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NRA quick to draw new weapon in Pennsylvania

The NRA is taking advantage of a new Pennsylvania law allowing them to sue cities over gun ordinances.
Visitors view a handgun display at the National Rifle Association convention Saturday, April 17, 2004, in Pittsburgh, Pennsylvania.
Visitors view a handgun display at the National Rifle Association convention Saturday, April 17, 2004, in Pittsburgh, Pennsylvania.

By Miriam Ward

Lancaster, Pittsburgh, Philadelphia. Besides all being a part of the State of Pennsylvania, these three cities share another connection: they are being sued by the National Rifle Association. 

On Thursday, the NRA announced a lawsuit against the cities of Lancaster, Pittsburgh, and Philadelphia over their firearm ordinances. Specifically in question for the city of Lancaster is a 2009 law that requires gun owners to report a missing or stolen gun within 72 hours or face jail time. 

While the laws the NRA is targeting are, in some cases, years old, the litigation comes now because the NRA gained a new political tool in the state of Pennsylvania this past year. On November 6th, 2014 Governor Tom Corbett signed into law Act 192 that permits organizations, such as the NRA, to sue municipalities over firearm ordinances. In addition, the law also requires the municipality to take on the legal fees of the organization, if the lawsuit is successful. 

Following the passing of the Act 192, NRA spokesman John Hohenwarter issued a warning to municipalities of Pennsylvania, saying, “They have nothing to fear if they take the laws off the books.”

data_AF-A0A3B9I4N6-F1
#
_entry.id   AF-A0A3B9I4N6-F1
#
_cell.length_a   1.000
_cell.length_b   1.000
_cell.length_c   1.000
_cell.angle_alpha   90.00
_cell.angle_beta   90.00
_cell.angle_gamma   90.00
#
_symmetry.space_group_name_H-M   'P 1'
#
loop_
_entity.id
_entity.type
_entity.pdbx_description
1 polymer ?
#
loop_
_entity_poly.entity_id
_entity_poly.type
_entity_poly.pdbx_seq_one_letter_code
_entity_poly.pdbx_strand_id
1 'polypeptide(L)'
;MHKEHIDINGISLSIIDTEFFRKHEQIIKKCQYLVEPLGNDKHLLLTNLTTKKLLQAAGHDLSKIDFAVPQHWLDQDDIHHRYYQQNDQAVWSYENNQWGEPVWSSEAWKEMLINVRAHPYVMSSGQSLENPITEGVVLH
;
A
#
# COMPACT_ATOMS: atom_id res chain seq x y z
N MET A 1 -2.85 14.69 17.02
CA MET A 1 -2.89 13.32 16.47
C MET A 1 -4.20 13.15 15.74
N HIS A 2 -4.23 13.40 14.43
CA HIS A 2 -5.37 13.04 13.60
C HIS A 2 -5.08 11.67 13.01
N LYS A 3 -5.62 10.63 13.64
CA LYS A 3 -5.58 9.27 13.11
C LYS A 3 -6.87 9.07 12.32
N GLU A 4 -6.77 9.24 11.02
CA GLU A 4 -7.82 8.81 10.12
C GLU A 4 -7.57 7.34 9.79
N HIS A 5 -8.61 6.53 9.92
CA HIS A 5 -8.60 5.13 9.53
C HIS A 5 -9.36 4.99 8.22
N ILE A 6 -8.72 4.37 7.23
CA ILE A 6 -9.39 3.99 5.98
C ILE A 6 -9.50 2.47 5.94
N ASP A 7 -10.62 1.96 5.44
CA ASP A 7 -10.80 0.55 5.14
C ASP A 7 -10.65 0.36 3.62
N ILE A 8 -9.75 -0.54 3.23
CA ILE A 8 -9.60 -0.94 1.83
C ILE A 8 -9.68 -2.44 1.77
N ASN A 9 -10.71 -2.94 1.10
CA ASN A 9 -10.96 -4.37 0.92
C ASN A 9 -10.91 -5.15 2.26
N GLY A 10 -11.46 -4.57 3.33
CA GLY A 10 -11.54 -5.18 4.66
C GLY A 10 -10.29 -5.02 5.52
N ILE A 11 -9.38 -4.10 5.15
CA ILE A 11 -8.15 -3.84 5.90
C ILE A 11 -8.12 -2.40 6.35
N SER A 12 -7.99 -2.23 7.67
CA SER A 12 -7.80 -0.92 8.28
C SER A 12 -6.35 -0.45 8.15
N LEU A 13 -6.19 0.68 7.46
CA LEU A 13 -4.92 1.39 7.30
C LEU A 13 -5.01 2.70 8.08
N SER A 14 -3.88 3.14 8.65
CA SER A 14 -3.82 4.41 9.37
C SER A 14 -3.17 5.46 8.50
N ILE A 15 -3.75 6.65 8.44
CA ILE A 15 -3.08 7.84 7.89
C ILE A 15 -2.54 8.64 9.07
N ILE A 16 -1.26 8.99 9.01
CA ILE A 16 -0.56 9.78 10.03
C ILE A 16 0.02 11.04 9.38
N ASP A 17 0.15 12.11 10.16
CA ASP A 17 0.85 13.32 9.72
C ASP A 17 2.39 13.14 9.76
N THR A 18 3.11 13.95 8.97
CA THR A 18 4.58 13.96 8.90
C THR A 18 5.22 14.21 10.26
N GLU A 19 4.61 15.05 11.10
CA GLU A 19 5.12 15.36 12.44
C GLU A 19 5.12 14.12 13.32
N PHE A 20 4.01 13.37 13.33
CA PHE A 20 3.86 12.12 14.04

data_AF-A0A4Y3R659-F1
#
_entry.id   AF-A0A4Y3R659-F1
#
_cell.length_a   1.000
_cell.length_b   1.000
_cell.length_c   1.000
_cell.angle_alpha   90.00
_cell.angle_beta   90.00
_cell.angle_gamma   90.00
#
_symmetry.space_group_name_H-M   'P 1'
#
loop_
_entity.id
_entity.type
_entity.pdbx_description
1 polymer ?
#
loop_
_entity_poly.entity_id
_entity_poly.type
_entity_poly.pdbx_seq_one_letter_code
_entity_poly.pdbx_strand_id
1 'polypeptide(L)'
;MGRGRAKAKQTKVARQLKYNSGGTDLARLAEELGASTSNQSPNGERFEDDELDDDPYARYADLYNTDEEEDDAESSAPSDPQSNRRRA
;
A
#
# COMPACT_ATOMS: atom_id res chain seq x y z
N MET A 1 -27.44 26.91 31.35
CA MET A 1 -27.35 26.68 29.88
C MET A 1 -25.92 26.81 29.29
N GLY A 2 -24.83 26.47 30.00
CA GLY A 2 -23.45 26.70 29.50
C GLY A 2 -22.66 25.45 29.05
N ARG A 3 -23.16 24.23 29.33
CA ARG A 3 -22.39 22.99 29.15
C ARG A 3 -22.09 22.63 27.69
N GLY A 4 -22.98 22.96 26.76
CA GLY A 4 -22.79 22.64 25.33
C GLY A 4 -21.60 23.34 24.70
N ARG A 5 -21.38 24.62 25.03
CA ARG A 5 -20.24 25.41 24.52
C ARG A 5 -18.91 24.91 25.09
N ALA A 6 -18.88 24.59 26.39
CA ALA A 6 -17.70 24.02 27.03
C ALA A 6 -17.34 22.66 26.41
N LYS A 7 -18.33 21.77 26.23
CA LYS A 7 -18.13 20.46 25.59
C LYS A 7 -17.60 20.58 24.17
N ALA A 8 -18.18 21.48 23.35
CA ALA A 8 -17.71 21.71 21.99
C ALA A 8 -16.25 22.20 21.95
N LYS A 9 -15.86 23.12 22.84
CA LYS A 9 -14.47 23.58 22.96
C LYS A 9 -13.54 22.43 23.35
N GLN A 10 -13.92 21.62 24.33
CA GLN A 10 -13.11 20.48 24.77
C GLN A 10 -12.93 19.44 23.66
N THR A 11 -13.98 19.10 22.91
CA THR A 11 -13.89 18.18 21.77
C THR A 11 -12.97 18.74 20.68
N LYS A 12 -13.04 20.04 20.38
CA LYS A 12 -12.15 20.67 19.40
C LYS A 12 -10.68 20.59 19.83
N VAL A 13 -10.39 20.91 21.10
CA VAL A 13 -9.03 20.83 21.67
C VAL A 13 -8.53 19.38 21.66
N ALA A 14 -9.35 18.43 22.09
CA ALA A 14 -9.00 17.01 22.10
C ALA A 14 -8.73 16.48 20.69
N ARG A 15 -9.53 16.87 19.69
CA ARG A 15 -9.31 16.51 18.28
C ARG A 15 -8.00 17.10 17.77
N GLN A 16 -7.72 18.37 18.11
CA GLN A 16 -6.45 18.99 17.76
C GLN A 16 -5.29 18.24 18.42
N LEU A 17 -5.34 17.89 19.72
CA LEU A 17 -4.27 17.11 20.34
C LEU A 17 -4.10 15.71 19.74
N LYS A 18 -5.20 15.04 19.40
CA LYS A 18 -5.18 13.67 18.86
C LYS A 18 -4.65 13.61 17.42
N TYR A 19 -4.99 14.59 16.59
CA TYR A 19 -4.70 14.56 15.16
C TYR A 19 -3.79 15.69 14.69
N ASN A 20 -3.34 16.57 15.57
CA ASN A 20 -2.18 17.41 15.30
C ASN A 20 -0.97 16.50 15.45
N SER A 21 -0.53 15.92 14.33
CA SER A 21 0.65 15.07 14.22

Municipalities such as Lancaster, Pittsburgh, and Philadelphia, however, took no legislative action against their existing firearm ordinances. 

After the new law took effect on January 5th of this year, the NRA did not miss a minute to take advantage and file a lawsuit. Lancaster's mayor, J. Richard Gray, issued this response:

“We refuse to be bullied into compromising the safety of the people of Lancaster. We believe we will win that lawsuit and we will defend our local ordinance against today's attempt by the NRA to intimidate us with this lawsuit. To the NRA leadership, its lobbyists, and its members, my message is simple: The City of Lancaster will not take away your gun if you own it and use it legally.”

Philadelphia, Lancaster, and Pittsburgh are headed to court to fight the giant NRA. However, according to the Associated Press, more than 20 other Pennsylvania municipalities already have moved to repeal their existing firearms ordinances, after threats of litigation. 

The NRA’s lawsuit comes just a few days after the announcement that some of the families of the victims of the Sandy Hook massacre filed suit against the town of Newtown and the school board.

Watch this space.